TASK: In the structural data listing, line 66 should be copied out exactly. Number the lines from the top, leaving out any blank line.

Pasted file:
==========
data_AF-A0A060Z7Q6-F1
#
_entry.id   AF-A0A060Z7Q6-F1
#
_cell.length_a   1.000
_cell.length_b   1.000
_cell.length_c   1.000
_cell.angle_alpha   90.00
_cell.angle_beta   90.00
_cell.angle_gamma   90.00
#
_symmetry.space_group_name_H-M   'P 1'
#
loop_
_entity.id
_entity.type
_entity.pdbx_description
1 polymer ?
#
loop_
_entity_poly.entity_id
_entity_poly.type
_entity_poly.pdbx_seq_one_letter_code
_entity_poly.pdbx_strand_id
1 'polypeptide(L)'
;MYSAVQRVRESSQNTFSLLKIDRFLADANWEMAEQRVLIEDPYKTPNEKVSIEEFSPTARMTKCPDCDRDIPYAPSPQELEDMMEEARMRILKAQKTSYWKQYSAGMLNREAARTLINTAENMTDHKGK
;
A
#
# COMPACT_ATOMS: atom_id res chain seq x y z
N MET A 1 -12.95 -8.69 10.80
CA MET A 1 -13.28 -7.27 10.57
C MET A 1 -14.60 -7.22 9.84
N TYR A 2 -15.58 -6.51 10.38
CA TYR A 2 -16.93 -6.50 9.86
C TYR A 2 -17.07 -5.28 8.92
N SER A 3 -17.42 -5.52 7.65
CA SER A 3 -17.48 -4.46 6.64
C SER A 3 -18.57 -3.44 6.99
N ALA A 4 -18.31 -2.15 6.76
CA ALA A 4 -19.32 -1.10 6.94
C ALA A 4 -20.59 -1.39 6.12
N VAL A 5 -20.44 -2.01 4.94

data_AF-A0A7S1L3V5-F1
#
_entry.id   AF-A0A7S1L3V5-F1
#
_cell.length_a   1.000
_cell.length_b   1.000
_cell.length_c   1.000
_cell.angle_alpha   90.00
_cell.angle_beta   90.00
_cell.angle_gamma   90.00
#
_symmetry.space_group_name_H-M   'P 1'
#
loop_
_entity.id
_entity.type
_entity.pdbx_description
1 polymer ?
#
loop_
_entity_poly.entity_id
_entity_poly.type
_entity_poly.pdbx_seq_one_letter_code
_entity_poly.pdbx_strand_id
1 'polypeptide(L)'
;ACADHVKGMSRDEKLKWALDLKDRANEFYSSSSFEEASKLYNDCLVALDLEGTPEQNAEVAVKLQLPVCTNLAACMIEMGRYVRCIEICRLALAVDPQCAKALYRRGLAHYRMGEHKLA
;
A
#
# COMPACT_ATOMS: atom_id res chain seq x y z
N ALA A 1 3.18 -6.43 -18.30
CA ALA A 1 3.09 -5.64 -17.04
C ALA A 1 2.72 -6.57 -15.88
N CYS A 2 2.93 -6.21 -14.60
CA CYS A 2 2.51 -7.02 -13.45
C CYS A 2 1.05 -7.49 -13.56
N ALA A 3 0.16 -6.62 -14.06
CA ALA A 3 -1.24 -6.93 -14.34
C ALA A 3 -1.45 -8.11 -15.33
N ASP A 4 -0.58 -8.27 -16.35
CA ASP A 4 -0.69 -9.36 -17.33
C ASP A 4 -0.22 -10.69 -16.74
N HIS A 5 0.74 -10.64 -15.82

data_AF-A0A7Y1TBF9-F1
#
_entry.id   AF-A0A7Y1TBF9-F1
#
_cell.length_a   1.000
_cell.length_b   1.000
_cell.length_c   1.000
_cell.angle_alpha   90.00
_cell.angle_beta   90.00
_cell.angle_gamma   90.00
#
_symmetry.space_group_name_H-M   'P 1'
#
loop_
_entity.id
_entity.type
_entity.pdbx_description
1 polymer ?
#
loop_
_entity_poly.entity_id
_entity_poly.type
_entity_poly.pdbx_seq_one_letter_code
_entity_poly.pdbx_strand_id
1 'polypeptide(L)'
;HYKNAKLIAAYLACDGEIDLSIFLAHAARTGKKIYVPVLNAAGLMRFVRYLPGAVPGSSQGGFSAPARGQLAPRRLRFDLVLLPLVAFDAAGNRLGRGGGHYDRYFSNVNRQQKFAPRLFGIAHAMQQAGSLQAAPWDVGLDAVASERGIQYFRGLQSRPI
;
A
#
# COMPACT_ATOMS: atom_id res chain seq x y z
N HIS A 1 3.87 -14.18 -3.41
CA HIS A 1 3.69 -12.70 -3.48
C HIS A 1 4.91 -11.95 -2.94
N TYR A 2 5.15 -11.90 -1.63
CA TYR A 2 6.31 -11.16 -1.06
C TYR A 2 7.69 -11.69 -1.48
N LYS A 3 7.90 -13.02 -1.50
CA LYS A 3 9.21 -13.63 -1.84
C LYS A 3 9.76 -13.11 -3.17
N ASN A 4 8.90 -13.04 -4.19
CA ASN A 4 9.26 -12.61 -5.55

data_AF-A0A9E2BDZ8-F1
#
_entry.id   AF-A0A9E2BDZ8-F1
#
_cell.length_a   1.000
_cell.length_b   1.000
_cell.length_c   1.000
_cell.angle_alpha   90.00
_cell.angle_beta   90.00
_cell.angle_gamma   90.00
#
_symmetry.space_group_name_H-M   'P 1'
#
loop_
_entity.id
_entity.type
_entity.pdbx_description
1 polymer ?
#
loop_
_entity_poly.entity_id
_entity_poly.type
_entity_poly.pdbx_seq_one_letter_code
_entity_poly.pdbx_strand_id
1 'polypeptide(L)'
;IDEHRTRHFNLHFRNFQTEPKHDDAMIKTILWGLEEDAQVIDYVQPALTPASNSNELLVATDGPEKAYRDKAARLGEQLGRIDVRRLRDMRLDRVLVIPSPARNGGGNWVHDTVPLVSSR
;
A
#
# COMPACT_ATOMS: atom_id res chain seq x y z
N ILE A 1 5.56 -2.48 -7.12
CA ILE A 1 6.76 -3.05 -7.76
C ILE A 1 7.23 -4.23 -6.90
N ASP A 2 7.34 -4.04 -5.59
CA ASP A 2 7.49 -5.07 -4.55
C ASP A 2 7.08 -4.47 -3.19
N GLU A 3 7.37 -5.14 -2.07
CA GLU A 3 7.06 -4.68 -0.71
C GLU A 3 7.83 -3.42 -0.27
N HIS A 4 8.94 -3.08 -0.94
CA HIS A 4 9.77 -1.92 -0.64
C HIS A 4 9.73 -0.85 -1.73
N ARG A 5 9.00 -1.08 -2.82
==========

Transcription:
_entity_poly.pdbx_seq_one_letter_code